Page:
Under the average cost method the average cost of goods held in stock is recalculated after each receipt. An issue after the receipts is made at the recalculated average prices. A receipt of stock necessitates a reticulation of anew average. The average cost method attempts to avoid excessive variations in the cost materials used or value of closing stock that may result from the use of LIFO or FIFO methods.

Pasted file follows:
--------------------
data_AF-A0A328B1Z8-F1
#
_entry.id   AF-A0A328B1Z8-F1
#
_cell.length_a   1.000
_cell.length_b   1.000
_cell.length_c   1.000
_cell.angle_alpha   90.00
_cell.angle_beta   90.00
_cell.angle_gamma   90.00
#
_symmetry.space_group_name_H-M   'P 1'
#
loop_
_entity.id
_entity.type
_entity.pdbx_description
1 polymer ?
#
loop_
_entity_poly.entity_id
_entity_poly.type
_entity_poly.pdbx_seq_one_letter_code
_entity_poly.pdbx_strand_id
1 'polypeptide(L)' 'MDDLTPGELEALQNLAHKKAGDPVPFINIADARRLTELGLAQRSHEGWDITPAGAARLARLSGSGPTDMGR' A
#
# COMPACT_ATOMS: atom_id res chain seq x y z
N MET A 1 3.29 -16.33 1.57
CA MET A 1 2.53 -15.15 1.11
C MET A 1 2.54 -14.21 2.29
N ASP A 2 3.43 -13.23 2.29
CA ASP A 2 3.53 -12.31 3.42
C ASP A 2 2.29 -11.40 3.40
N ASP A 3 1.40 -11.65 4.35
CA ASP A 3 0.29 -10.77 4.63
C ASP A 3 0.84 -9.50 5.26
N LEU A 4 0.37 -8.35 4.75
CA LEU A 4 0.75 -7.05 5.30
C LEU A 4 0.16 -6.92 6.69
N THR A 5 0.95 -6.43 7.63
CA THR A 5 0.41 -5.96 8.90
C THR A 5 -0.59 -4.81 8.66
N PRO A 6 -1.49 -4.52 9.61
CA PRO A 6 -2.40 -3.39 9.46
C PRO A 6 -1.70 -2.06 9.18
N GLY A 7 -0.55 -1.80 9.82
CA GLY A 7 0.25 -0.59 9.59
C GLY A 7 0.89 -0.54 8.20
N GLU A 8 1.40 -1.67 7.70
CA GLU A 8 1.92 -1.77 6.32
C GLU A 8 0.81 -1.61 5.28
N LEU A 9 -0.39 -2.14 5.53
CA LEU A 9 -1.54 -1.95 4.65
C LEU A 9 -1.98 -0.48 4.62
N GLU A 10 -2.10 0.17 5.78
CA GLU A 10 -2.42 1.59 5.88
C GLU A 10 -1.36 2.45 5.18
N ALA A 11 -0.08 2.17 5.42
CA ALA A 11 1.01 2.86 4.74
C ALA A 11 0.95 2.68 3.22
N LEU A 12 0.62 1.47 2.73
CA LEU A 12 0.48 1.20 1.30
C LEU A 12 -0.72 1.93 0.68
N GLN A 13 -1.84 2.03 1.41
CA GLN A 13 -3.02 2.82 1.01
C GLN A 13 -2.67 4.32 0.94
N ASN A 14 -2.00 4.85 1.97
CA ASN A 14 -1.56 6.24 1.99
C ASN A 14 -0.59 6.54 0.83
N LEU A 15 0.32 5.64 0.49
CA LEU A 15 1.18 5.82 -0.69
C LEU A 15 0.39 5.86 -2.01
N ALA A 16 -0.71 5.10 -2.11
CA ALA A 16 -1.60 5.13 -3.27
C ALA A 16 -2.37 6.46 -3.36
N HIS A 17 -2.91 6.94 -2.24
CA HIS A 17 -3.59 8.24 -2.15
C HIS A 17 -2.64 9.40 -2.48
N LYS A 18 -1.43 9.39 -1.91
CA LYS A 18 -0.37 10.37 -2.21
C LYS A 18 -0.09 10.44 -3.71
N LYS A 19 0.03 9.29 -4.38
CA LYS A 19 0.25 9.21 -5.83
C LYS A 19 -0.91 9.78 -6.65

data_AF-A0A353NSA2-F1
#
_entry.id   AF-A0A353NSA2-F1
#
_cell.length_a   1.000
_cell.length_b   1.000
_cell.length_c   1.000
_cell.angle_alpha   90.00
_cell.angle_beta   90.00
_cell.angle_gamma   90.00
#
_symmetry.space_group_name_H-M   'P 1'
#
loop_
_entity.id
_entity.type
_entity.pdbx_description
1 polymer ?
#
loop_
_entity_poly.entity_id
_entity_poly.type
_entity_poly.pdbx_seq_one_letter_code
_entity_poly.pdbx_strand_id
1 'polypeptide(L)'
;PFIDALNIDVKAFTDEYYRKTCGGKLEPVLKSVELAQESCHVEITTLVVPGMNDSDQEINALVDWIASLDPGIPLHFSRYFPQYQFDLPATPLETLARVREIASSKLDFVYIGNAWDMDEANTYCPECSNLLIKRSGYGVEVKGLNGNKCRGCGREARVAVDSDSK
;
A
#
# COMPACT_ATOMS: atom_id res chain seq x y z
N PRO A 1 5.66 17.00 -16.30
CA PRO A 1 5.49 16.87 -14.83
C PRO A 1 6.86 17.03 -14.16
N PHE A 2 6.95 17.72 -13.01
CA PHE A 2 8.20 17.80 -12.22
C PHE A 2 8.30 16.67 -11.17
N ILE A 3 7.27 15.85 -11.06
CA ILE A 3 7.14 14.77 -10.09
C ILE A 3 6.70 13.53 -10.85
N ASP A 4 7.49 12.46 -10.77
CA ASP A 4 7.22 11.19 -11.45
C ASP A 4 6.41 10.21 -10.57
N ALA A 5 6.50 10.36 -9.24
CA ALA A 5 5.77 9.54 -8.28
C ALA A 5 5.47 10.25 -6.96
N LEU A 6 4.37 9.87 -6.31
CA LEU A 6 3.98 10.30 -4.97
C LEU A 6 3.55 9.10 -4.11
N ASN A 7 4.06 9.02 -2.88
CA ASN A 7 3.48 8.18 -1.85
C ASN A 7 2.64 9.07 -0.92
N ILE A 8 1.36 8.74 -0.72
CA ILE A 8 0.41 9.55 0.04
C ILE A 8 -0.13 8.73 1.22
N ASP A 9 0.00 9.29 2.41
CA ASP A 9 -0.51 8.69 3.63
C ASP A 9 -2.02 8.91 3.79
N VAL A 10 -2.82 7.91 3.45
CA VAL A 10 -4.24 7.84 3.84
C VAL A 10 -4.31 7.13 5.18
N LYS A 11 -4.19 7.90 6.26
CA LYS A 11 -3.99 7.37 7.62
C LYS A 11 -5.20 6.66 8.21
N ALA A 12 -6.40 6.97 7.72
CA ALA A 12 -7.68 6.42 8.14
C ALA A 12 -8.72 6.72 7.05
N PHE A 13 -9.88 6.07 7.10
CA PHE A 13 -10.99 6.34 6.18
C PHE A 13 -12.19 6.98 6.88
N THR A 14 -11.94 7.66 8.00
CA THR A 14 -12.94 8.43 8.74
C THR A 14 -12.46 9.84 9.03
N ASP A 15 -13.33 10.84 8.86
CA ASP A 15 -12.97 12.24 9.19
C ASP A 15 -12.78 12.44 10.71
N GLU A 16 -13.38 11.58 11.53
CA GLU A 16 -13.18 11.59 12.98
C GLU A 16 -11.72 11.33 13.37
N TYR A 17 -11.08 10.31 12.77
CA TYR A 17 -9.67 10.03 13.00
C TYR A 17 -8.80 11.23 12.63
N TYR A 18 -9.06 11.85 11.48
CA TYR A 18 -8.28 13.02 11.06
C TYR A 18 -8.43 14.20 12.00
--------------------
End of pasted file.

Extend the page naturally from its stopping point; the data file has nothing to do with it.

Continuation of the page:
Issuing materials at an average cost assumes that each batch taken from the storeroom is composed of uniform quantities from each shipment in stock at the date of issue. Often it is not feasible to mark or label each materials item with an invoice price in order to identify the used units with its acquisition cost. It may be reasoned that units are issued more or less at random as for as the specific units and the specific costs are concerned and that an average cost of all units in stock at the time of issue is satisfactory measure of materials cost. However, average costing may be used even though the physical withdrawal is an identifiable order. If materials tend to be made up of numerous small items low in unit cost and especially if prices are subject to frequent changes.